Replacement Workers

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Introduction and Purpose
In the area of labour relations, there is much controversy and division between labour and management on the issue of a legislative ban on replacement workers (Cramton et al., 1999). The use of strike replacement workers is one of the most controversial and emotional issues facing industrial relations, and the debate on replacement worker use is marked by differing claims. This paper provides an overview of the use of replacement workers in unionized environments. More specifically, it investigates the use of replacement workers during strikes or lockouts. It explores Canadian legislation as it pertains to federal and provincial jurisdictions. In addition, the United States (US) and Mexico jurisdictions are briefly reviewed. The US legislation is compared to Canadian jurisdictions, both provincially and federally. This information provides a condensed overview of North American legislation. Varying forms of strikes exist, however this paper focuses on economic and unfair labour practice strikes. The advantages and disadvantages of replacement worker legislation are reviewed and an analysis of management and union perspectives pertaining to this issue will be addressed. This paper will also review the impact of replacement worker legislation on the employment relationship. More specifically, it will look at the balancing of interests between both parties and the effect of this legislation on bargaining power. Background

To help facilitate a comprehensive understanding of this paper, various terms require some brief explanation. A replacement worker is defined as a person hired to take the place of an employee who is on strike or locked out (Sack and Poskanzer, 1984). In Canada, employees cannot be fired for exercising the right to strike; therefore replacement workers can only be hired on a temporary basis. Where labour matters are under provincial jurisdiction, legislative bans on permanent replacement exist in most jurisdictions. This legislation mandates that striking workers have the right to their job once the strike is over. According to Singh et. al (2005), professional strike breakers are prohibited in Ontario, Manitoba, Alberta, Quebec and British Columbia. Further, in these provinces, and in Prince Edward Island and Nova Scotia, labour statutes ensure that strikers retain their jobs at the end of the strike. Even though there may be a lack of explicit legislation on reinstatement rights in New Brunswick and Newfoundland, the practice of hiring permanent replacement workers is rare across Canada. Striking workers cannot be permanently replaced by workers who were temporarily hired during a strike (Cramton et. al, 1999). A strike breaker is known as an individual who accepts employment during a strike. This individual crosses the picket line and works for an employer while a strike is in progress (Sack and Poskanzer, 1984). According to Langille (2009), a strike is referred to as an employee’s refusal to work. Within the meaning of the labour relations legislation, an economic strike is undertaken for the purposes of inducing the employer to agree to the terms and conditions of employment. An unfair labour practice strike is caused by employer misconduct. A lockout can be described as the employer’s refusal to employ. It can also be referred to as the closing of company operations for the purposes of compelling employees to agree to terms and conditions of employment (Sack and Poskanzer, 1984). The North American Perspective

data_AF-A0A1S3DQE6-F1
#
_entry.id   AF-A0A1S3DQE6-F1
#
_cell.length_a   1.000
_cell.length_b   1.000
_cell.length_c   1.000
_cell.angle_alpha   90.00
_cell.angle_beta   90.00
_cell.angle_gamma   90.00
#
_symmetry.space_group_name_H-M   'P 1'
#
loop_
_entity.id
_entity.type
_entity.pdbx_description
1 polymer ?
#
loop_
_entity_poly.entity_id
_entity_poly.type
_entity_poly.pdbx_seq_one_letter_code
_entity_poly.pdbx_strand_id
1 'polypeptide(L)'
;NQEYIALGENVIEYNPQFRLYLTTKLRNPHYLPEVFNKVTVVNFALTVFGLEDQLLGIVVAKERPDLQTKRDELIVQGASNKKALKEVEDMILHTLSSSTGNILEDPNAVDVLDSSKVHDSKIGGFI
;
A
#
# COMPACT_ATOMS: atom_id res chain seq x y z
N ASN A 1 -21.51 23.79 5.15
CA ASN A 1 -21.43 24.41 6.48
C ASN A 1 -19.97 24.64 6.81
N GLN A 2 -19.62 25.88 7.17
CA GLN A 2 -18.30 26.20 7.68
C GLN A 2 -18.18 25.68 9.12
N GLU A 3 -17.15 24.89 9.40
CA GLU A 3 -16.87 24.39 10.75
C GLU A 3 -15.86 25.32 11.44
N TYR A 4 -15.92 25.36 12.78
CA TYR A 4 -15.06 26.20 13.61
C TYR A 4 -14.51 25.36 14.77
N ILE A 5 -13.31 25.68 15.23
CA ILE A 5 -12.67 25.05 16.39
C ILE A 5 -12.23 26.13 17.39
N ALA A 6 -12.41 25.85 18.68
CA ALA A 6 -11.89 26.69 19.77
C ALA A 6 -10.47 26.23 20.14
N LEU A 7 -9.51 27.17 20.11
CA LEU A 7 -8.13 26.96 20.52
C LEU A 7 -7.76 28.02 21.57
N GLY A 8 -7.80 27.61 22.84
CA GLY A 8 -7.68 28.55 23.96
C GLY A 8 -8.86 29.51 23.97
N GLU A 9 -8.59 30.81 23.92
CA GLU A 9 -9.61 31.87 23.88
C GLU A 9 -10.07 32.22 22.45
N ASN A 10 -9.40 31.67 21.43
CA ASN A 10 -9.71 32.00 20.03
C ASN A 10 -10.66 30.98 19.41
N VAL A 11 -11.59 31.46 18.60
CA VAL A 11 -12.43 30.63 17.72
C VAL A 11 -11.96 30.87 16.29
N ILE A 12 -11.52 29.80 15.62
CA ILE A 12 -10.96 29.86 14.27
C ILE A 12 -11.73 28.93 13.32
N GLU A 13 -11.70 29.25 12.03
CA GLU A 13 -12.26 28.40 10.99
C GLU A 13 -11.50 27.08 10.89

The United States
According to Budd (1996), a fundamental premise of both the Wagner Act system of US collective bargaining and its Canadian counterpart is the maintenance of a balance of power between labour and management. The US government seeks to achieve this balance through the existence and regulation of economic weapons and the strike is labour’s paramount economic weapon. In 2004, the Fraser Institute published a report entitled “Measuring the...
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